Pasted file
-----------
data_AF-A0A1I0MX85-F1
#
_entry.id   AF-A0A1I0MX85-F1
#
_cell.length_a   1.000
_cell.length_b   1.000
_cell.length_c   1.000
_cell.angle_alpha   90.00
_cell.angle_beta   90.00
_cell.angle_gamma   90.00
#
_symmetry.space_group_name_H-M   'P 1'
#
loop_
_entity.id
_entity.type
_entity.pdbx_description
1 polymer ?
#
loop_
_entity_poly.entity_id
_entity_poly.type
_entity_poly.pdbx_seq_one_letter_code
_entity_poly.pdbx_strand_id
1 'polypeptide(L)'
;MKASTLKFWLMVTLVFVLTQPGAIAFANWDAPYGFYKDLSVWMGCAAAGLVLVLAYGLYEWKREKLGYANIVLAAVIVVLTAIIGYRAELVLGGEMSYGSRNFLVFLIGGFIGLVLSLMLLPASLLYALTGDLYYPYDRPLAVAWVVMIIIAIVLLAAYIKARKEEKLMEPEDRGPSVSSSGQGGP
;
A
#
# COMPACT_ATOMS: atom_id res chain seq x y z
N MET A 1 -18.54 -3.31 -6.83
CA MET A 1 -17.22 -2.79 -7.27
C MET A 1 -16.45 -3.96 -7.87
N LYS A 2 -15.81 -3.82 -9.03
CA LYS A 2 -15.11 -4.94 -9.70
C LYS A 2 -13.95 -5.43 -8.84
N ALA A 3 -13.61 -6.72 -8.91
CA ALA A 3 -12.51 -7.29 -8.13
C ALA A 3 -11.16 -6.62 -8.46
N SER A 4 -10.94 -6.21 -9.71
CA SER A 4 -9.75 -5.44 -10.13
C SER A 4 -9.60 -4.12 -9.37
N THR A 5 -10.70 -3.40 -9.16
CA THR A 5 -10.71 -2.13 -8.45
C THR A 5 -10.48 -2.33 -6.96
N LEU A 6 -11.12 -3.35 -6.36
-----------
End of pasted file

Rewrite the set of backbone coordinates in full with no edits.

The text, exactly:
data_AF-A0A1I0MX85-F1
#
_entry.id   AF-A0A1I0MX85-F1
#
_cell.length_a   1.000
_cell.length_b   1.000
_cell.length_c   1.000
_cell.angle_alpha   90.00
_cell.angle_beta   90.00
_cell.angle_gamma   90.00
#
_symmetry.space_group_name_H-M   'P 1'
#
loop_
_entity.id
_entity.type
_entity.pdbx_description
1 polymer ?
#
loop_
_entity_poly.entity_id
_entity_poly.type
_entity_poly.pdbx_seq_one_letter_code
_entity_poly.pdbx_strand_id
1 'polypeptide(L)'
;MKASTLKFWLMVTLVFVLTQPGAIAFANWDAPYGFYKDLSVWMGCAAAGLVLVLAYGLYEWKREKLGYANIVLAAVIVVLTAIIGYRAELVLGGEMSYGSRNFLVFLIGGFIGLVLSLMLLPASLLYALTGDLYYPYDRPLAVAWVVMIIIAIVLLAAYIKARKEEKLMEPEDRGPSVSSSGQGGP
;
A
#
# COMPACT_ATOMS: atom_id res chain seq x y z
N MET A 1 -18.54 -3.31 -6.83
CA MET A 1 -17.22 -2.79 -7.27
C MET A 1 -16.45 -3.96 -7.87
N LYS A 2 -15.81 -3.82 -9.03
CA LYS A 2 -15.11 -4.94 -9.70
C LYS A 2 -13.95 -5.43 -8.84
N ALA A 3 -13.61 -6.72 -8.91
CA ALA A 3 -12.51 -7.29 -8.13
C ALA A 3 -11.16 -6.62 -8.46
N SER A 4 -10.94 -6.21 -9.71
CA SER A 4 -9.75 -5.44 -10.13
C SER A 4 -9.60 -4.12 -9.37
N THR A 5 -10.70 -3.40 -9.16
CA THR A 5 -10.71 -2.13 -8.45
C THR A 5 -10.48 -2.33 -6.96
N LEU A 6 -11.12 -3.35 -6.36